Punch, February 20, 1869

Two Girls of the Period

his cartoon represents both issues of religion (Catholic Vs. Protestant) and how women were represented during the time. The priest points out to the "Fashionable Convert" how great and noble the nun is. She is a convent girl scrubbing the floor. The fashionable convent girl says that scrubbing the floor and doing manual labor is not at all what she expected, that she would rather stay in Belgravia.

The nun on the floor is catholic, the fashionable convert was Protestant and according to the caption, will probably return to Protestantism.

The Mary Saurin case, the case of a disappointed nun going to court against her convent, is depicted in this cartoon. Mary Saurin had gone to a convent, yet sued the convent claiming that her fellow nuns were trying to drive her out.

She stated in her case that she was forced to do manual labor, such as scrub floors, and that she was stripped of her dignity. This cartoon says to all women that they should not join a convent unless they are ready to do manual labor and be stripped of their pride.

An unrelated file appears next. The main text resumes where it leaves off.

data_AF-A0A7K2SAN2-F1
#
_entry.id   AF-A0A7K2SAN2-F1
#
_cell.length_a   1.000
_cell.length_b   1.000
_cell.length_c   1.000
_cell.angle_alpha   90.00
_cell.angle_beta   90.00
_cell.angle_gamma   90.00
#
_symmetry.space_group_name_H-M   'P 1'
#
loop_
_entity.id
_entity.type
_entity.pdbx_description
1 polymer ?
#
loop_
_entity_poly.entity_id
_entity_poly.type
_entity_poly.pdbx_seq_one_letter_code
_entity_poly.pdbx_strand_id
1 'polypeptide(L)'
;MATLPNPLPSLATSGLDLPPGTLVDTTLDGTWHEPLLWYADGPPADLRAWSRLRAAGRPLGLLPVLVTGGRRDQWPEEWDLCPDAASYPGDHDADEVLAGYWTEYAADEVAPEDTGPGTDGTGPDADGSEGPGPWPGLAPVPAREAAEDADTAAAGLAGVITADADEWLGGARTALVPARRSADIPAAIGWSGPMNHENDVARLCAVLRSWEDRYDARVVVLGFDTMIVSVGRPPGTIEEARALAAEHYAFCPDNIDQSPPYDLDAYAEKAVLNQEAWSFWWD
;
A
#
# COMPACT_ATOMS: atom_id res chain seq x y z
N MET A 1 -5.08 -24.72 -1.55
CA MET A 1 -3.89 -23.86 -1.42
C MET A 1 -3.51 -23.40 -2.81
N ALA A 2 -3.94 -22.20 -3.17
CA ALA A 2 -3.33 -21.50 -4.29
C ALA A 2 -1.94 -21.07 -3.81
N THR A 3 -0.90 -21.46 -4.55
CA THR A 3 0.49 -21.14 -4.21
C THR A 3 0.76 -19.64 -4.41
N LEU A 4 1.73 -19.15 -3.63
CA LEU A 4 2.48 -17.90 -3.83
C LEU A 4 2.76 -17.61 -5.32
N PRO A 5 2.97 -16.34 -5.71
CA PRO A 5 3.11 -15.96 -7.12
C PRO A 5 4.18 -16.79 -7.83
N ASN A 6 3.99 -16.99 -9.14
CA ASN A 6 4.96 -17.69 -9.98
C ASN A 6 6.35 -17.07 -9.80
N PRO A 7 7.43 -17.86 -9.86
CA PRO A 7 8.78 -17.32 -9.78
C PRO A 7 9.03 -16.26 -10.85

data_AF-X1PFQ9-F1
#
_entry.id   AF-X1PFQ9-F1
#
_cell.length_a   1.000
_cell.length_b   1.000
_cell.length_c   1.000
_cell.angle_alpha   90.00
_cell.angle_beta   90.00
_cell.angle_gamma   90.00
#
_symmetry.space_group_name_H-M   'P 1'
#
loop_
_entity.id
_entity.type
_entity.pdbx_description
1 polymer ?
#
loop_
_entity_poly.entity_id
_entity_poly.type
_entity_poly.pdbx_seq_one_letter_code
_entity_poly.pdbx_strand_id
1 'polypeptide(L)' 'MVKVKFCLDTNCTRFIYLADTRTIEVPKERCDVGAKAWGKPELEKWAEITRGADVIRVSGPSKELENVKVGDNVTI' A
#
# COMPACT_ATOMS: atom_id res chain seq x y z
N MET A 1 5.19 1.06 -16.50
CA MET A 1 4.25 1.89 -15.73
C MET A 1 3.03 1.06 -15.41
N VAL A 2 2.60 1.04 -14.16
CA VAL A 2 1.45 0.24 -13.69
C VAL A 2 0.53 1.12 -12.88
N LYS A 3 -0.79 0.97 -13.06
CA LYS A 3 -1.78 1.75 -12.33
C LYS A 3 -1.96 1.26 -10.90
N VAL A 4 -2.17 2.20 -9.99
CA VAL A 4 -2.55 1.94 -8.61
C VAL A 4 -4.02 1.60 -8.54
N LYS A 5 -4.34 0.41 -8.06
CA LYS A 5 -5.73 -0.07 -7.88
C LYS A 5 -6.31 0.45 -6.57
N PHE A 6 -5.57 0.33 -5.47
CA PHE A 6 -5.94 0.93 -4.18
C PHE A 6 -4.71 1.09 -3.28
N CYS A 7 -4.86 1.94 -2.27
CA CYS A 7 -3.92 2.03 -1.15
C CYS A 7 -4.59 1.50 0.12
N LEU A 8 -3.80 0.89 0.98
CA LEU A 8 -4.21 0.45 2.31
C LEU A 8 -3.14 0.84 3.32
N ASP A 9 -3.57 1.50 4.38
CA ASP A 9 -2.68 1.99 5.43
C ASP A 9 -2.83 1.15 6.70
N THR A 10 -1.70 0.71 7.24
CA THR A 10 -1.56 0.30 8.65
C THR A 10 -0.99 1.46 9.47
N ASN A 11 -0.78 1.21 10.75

It also tackles the great religious debate: Catholic vs. Protestant. Catholicism, supposedly based on confession and sorcery (according to the Protestants), was despised by many Protestants whose major claim was that their relationship with god was defined by their work.

Here, there is a double meaning. The Catholic Nun is scrubbing the floors, and working hard, yet the "Fashionable Convert" retorts with a petty remark about her shoes. Not only does this symbolize a negative outlook on Convent life and Catholicism, it maintains the stereotype that women are petty and concerned with material objects such as shoes.

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[Victorian initial "T" by Harlan Wallach ©copyright 1994.]